The Point, Aug. 22, 2022: ‘Watershed’ series examines impact of Florida’s ‘overtourism’ problem

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Watershed: How safe?

Today WUFT News continues its series WATERSHED, an investigation into statewide water quality marking the 50th anniversary of the Clean Water Act and Florida Water Resources Act of 1972. Funded by a grant from the Pulitzer Center’s nationwide Connected Coastlines reporting initiative, UF journalism fellows reported on the state’s waters half a century after those sweeping laws. What progress can the state celebrate, and what waters are still ailing, or worsening amid climate change, pollution and outdated infrastructure? What bold actions are possible now?
Natalia Galicza digs into the surprising lack of oversight for water quality at the University of Florida’s signature freshwater lake in her story “A Lake Named Alice.” Kalia Richardson reports on Florida subsistence fishers, who don’t always get the message about pollution advisories. Sara Lindsay finds rural North Floridians relying on bottled water in one of the most water-rich parts of the United States due to groundwater worries. And Marlena Carrillo looks at the phenomenon of “overtourism” in the state in her story, “Loving Florida, Losing Florida.”
Florida’s pristine waters are its calling card for tourists, who are now returning to the state in record numbers. But what happens when crushing numbers of visitors harm the natural environment that draws them?

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Around the state

• WTSP-Tampa Bay: ‘I had no plans on committing voter fraud’: Felon arrested for voting says he didn’t know he was ineligible. “Since 2019, convicted felons in Florida have been allowed to go to a polling place and cast ballots, except for felons convicted of murder and/or sexual assault. DeSantis said the 20 people arrested fit that profile. Six of those people live in Hillsborough county, including Nathan Hart of Gibsonton. Hart told 10 Tampa Bay he was confused about the law when he registered to vote, and never believed he was breaking the law.”

• USA Today Network ($): Ron DeSantis on pace to bring in more money than any governor candidate. Ever. “Open Secrets, a group that tracks money in politics, reported this week that DeSantis raised a total of $165.6 million through Aug. 5 for his reelection effort.”

• Tampa Bay Times ($): 8 things at stake in Florida’s primary elections Tuesday. “Voters will test new election laws, decide on local tax initiatives for schools and pick challengers to Marco Rubio and Ron DeSantis.”

• News Service of Florida: A Florida agency will borrow $150 million for property insurance claims. “In more fallout from Florida’s troubled property-insurance market, an agency that handles claims after insurers go insolvent approved a plan Friday to borrow $150 million — with policyholders across the state slated to pay back the loan. The Florida Insurance Guaranty Association Board of Directors made the decision after five property insurers have gone insolvent since February.”

• Florida Storms: Humid heat could be a better indicator of heat-related health risks. “High heat combined with high humidity can be a recipe for multiple heat-related health risks. A recent analysis shows that equivalent temperatures, a metric of humid heat, has been increasing since the 1950s, and could contribute to dangerous living conditions now and in the future.”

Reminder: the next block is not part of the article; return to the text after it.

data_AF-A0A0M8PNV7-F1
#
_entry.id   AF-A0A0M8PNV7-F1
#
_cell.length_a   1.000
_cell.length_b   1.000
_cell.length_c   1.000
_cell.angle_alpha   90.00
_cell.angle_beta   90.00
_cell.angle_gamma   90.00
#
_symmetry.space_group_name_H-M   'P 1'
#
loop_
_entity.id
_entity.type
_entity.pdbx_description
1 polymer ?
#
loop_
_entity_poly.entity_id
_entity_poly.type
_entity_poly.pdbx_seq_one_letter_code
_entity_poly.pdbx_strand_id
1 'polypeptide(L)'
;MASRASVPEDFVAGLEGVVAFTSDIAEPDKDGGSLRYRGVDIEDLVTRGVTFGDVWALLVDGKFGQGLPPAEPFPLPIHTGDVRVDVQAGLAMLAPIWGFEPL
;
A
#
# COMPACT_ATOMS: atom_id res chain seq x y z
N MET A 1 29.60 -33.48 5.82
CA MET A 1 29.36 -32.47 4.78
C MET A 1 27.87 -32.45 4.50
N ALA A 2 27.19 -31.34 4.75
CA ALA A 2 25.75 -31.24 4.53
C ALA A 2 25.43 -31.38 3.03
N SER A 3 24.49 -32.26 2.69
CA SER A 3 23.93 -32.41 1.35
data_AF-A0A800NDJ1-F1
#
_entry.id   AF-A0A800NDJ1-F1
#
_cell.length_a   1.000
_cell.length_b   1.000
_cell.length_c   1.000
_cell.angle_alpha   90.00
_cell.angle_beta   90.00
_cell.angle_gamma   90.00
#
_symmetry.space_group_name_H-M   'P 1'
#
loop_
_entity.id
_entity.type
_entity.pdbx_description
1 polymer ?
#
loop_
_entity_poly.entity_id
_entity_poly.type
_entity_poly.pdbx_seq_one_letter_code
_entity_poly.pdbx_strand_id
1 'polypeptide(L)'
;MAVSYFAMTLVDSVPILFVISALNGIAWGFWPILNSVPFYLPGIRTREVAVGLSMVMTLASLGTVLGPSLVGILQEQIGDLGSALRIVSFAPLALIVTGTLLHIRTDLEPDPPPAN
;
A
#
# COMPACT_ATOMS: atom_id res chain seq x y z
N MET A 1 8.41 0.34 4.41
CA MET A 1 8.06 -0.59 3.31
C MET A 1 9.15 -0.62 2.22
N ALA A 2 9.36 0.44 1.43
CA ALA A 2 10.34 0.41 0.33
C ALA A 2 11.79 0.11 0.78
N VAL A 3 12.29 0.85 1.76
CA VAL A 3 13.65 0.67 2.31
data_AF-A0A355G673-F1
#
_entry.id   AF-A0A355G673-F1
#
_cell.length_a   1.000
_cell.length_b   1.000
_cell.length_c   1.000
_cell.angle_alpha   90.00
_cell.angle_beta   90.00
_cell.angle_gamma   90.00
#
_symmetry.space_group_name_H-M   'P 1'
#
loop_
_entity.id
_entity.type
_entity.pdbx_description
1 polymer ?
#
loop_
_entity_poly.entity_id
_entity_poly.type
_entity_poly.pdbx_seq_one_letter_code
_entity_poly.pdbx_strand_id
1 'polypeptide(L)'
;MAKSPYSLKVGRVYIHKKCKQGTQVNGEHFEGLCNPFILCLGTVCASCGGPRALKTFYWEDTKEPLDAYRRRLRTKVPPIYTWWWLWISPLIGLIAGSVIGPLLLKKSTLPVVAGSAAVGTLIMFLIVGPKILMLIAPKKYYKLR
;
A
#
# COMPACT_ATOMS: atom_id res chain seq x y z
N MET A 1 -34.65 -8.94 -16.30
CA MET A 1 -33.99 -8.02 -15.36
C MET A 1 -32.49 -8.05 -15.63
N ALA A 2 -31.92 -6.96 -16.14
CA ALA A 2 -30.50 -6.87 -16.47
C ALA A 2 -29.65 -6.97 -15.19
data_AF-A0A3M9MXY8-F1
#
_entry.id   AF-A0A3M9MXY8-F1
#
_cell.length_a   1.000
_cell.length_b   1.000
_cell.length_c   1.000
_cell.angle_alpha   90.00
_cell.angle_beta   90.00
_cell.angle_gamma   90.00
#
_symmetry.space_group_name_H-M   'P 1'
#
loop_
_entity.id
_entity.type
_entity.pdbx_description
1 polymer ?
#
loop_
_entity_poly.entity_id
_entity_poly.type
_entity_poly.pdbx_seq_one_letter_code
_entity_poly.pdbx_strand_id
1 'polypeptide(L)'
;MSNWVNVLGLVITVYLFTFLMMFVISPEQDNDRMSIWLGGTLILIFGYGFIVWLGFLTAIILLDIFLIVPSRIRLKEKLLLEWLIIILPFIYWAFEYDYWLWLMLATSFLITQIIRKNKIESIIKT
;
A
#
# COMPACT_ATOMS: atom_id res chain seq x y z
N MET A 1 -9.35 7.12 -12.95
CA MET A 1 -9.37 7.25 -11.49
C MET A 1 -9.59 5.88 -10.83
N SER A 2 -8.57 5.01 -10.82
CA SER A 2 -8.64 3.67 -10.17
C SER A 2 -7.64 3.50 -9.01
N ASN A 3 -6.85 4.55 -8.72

• New York Times ($): Florida Utility Is Fined $500,000 for 2017 Explosion That Killed 5. “Tampa Electric Company pleaded guilty in May to “willfully” violating an Occupational Safety and Health Administration rule that required workers receive a pre-job briefing about the work they were to perform, including on potential hazards and the procedures involved, prosecutors said. Failing to hold the briefing caused the death of five employees, prosecutors said in court documents.”

• Florida Politics: Twitter ‘permanently suspends’ HD 20 candidate after he advocates shooting federal agents. “Republican Luis Miguel, running against incumbent Rep. Bobby Payne of Palatka in the redrawn House District 20, was suspended from Twitter after a tweet advocating that Floridians should be able to shoot federal agents on sight.”

• Associated Press: 85 arrests made in Florida-California drug flight scheme. “Eighty-five people have been arrested and millions of dollars in illicit drugs seized in a smuggling operation that used checked bags on commercial flights from California to Florida, investigators said Friday.”


From NPR News

• Health: Over half of people infected with the omicron variant didn’t know it, a study finds

• National: From floods to slime: Mobile home residents say landlords make millions, neglect them

• National: Released during COVID, some people are sent back to prison with little or no warning

• National: What is ‘quiet quitting,’ and how it may be a misnomer for setting boundaries at work

• World: Killer whales are ‘attacking’ sailboats near Europe’s coast. Scientists don’t know why

• Politics: The Senate looks like a jump ball. Here are the 10 seats that will decide the majority

About today’s curator

I’m Ethan Magoc, a news editor at WUFT. Originally from Pennsylvania, I’ve found a home telling Florida stories. I’m part of a team searching each morning for local and state stories that are important to you; please send feedback about today’s edition or ideas for stories we may have missed to emagoc@wuft.org.

About WUFT News

Contact WUFT News by calling 352-392-6397 or emailing news @wuft.org

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